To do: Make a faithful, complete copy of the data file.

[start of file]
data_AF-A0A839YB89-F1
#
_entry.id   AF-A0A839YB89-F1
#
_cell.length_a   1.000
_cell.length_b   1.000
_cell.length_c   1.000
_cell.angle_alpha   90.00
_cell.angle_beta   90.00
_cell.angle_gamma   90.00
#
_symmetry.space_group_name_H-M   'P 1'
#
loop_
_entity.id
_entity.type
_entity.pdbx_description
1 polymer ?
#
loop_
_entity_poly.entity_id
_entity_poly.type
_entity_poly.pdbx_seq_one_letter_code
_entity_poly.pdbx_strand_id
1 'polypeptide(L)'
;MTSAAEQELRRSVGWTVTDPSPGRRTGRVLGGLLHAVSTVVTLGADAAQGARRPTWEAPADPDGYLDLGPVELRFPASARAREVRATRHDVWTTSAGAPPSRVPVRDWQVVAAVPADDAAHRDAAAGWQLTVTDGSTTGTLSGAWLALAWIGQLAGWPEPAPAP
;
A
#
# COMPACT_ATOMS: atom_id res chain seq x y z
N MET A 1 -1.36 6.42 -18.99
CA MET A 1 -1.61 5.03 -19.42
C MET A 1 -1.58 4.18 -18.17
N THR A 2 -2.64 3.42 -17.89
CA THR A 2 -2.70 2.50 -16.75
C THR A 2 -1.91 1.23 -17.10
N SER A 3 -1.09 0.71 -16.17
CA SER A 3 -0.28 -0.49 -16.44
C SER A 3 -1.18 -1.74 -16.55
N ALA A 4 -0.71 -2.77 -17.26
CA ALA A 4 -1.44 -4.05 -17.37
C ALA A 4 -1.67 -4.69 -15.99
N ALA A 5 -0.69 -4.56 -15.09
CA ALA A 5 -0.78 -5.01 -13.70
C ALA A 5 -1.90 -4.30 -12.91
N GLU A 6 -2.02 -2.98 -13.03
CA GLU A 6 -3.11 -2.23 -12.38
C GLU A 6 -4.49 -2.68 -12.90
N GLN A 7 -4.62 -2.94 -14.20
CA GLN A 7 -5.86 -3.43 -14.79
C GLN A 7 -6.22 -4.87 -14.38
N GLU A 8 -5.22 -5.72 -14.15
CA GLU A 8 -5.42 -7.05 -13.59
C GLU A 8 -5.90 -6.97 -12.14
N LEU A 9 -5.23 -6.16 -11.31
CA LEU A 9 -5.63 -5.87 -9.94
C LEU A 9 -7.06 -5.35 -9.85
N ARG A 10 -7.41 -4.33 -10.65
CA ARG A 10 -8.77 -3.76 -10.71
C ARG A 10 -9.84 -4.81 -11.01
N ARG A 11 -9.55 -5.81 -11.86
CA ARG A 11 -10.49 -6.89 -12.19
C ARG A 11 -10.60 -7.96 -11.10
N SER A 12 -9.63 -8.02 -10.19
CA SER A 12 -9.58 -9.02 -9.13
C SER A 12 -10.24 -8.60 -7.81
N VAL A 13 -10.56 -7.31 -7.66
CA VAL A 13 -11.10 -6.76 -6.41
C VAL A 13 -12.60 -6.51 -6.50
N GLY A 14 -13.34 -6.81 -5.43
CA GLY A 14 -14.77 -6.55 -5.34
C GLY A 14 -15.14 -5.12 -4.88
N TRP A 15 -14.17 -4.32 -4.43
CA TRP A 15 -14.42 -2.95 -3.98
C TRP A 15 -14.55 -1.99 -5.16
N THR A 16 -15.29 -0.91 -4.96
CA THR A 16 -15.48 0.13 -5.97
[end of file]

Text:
data_AF-A0A839YB89-F1
#
_entry.id   AF-A0A839YB89-F1
#
_cell.length_a   1.000
_cell.length_b   1.000
_cell.length_c   1.000
_cell.angle_alpha   90.00
_cell.angle_beta   90.00
_cell.angle_gamma   90.00
#
_symmetry.space_group_name_H-M   'P 1'
#
loop_
_entity.id
_entity.type
_entity.pdbx_description
1 polymer ?
#
loop_
_entity_poly.entity_id
_entity_poly.type
_entity_poly.pdbx_seq_one_letter_code
_entity_poly.pdbx_strand_id
1 'polypeptide(L)'
;MTSAAEQELRRSVGWTVTDPSPGRRTGRVLGGLLHAVSTVVTLGADAAQGARRPTWEAPADPDGYLDLGPVELRFPASARAREVRATRHDVWTTSAGAPPSRVPVRDWQVVAAVPADDAAHRDAAAGWQLTVTDGSTTGTLSGAWLALAWIGQLAGWPEPAPAP
;
A
#
# COMPACT_ATOMS: atom_id res chain seq x y z
N MET A 1 -1.36 6.42 -18.99
CA MET A 1 -1.61 5.03 -19.42
C MET A 1 -1.58 4.18 -18.17
N THR A 2 -2.64 3.42 -17.89
CA THR A 2 -2.70 2.50 -16.75
C THR A 2 -1.91 1.23 -17.10
N SER A 3 -1.09 0.71 -16.17
CA SER A 3 -0.28 -0.49 -16.44
C SER A 3 -1.18 -1.74 -16.55
N ALA A 4 -0.71 -2.77 -17.26
CA ALA A 4 -1.44 -4.05 -17.37
C ALA A 4 -1.67 -4.69 -15.99
N ALA A 5 -0.69 -4.56 -15.09
CA ALA A 5 -0.78 -5.01 -13.70
C ALA A 5 -1.90 -4.30 -12.91
N GLU A 6 -2.02 -2.98 -13.03
CA GLU A 6 -3.11 -2.23 -12.38
C GLU A 6 -4.49 -2.68 -12.90
N GLN A 7 -4.62 -2.94 -14.20
CA GLN A 7 -5.86 -3.43 -14.79
C GLN A 7 -6.22 -4.87 -14.38
N GLU A 8 -5.22 -5.72 -14.15
CA GLU A 8 -5.42 -7.05 -13.59
C GLU A 8 -5.90 -6.97 -12.14
N LEU A 9 -5.23 -6.16 -11.31
CA LEU A 9 -5.63 -5.87 -9.94
C LEU A 9 -7.06 -5.35 -9.85
N ARG A 10 -7.41 -4.33 -10.65
CA ARG A 10 -8.77 -3.76 -10.71
C ARG A 10 -9.84 -4.81 -11.01
N ARG A 11 -9.55 -5.81 -11.86
CA ARG A 11 -10.49 -6.89 -12.19
C ARG A 11 -10.60 -7.96 -11.10
N SER A 12 -9.63 -8.02 -10.19
CA SER A 12 -9.58 -9.02 -9.13
C SER A 12 -10.24 -8.60 -7.81
N VAL A 13 -10.56 -7.31 -7.66
CA VAL A 13 -11.10 -6.76 -6.41
C VAL A 13 -12.60 -6.51 -6.50
N GLY A 14 -13.34 -6.81 -5.43
CA GLY A 14 -14.77 -6.55 -5.34
C GLY A 14 -15.14 -5.12 -4.88
N TRP A 15 -14.17 -4.32 -4.43
CA TRP A 15 -14.42 -2.95 -3.98
C TRP A 15 -14.55 -1.99 -5.16
N THR A 16 -15.29 -0.91 -4.96
CA THR A 16 -15.48 0.13 -5.97